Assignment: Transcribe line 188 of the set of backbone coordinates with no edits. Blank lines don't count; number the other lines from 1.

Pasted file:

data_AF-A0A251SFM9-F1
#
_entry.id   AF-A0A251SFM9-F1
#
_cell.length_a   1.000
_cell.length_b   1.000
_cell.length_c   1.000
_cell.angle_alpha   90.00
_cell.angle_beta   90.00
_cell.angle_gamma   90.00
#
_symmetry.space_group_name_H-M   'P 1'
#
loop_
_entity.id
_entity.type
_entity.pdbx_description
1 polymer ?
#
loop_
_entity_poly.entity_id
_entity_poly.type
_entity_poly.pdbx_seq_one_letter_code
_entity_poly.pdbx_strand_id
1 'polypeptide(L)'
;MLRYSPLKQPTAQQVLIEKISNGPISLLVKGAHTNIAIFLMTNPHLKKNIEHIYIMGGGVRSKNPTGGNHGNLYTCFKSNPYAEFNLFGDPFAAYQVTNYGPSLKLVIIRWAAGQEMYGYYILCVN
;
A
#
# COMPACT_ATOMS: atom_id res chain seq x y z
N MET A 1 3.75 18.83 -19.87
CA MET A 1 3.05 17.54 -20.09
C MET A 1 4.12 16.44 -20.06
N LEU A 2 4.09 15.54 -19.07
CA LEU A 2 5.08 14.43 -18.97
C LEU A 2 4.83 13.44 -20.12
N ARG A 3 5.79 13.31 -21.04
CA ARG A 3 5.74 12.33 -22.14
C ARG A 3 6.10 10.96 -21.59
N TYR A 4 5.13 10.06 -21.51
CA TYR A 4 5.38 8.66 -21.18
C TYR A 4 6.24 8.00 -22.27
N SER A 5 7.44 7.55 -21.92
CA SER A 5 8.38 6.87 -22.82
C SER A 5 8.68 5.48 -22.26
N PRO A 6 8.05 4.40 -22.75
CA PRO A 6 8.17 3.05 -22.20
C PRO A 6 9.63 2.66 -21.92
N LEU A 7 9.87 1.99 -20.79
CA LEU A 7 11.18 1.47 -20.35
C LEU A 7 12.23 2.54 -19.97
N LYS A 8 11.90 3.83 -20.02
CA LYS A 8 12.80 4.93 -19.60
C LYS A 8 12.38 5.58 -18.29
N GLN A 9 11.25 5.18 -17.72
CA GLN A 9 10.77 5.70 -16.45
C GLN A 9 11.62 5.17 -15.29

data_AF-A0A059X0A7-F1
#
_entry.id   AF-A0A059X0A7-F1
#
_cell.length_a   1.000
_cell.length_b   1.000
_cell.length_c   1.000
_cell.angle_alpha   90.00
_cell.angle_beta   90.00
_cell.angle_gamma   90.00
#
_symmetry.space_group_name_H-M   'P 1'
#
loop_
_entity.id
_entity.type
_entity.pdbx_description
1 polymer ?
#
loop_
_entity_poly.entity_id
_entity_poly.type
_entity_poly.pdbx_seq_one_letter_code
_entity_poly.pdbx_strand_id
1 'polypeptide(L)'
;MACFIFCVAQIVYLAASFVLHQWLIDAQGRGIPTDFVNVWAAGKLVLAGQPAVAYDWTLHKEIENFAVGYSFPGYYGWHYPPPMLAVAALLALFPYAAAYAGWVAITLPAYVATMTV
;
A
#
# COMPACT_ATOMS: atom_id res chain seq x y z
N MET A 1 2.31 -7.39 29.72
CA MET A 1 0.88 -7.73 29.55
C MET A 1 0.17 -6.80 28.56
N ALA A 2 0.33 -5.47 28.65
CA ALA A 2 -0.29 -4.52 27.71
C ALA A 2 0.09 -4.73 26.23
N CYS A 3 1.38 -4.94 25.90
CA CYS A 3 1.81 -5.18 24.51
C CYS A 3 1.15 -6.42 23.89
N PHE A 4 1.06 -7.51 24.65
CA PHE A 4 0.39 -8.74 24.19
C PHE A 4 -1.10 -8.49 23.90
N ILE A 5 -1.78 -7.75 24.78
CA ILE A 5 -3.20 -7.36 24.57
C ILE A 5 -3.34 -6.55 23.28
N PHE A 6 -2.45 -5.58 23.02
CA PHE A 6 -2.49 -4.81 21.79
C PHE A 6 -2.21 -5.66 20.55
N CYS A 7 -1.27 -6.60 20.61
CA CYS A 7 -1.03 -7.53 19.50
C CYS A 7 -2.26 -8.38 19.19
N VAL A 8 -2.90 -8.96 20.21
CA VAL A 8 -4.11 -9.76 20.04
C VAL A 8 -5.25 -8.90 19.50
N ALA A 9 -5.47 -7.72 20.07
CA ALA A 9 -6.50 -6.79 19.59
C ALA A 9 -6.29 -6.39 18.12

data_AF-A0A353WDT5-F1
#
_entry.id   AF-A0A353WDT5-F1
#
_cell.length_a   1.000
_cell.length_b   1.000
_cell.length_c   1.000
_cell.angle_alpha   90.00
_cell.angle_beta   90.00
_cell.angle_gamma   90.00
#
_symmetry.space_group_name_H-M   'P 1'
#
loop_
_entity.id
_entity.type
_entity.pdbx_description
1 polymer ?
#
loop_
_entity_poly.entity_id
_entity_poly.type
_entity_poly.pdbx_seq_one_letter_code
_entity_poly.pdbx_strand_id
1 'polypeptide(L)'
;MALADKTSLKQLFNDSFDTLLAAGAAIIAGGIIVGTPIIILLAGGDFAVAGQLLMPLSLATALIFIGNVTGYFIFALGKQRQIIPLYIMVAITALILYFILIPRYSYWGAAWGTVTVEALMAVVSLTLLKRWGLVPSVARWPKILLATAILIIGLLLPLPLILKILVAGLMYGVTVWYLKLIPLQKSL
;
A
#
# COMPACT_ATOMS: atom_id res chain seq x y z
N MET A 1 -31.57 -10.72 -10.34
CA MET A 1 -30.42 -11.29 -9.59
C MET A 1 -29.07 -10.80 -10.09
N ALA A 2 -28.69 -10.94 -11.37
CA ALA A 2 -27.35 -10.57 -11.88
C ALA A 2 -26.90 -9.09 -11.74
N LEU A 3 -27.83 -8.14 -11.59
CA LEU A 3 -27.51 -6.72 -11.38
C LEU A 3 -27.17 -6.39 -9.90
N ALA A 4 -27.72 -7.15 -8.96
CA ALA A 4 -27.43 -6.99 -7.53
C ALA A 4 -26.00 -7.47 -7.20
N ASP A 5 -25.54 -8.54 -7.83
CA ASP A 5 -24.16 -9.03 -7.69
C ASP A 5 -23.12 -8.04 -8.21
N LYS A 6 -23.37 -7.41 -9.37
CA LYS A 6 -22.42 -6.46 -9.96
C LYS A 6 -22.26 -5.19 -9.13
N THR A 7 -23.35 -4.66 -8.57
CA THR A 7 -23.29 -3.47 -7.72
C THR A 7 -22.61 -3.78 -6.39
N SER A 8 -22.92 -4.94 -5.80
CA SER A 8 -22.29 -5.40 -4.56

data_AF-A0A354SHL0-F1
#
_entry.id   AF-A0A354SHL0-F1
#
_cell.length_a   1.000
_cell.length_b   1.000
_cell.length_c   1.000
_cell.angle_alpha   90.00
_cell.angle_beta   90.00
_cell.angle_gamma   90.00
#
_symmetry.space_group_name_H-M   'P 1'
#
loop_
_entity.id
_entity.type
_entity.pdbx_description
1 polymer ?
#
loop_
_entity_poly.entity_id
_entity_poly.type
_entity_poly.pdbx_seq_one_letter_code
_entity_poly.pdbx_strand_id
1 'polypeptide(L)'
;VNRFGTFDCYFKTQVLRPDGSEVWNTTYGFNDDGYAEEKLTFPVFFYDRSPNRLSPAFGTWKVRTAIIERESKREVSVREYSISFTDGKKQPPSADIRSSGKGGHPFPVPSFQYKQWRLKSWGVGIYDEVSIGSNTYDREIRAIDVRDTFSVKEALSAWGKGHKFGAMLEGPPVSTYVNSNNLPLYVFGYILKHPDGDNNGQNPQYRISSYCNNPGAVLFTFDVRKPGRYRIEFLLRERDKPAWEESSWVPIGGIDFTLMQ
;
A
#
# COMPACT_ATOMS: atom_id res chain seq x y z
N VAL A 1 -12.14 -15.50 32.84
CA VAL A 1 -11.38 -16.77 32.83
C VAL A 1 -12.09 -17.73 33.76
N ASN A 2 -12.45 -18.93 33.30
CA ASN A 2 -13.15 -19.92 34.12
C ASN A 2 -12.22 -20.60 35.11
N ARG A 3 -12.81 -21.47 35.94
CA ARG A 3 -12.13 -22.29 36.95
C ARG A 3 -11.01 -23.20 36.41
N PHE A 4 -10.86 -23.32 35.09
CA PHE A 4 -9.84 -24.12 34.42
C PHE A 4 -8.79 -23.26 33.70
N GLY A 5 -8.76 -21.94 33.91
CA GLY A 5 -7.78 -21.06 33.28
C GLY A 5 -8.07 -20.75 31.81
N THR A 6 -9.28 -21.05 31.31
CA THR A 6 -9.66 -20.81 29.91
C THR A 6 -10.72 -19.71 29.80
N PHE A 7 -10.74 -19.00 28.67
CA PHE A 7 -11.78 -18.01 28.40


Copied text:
_entity_poly.entity_id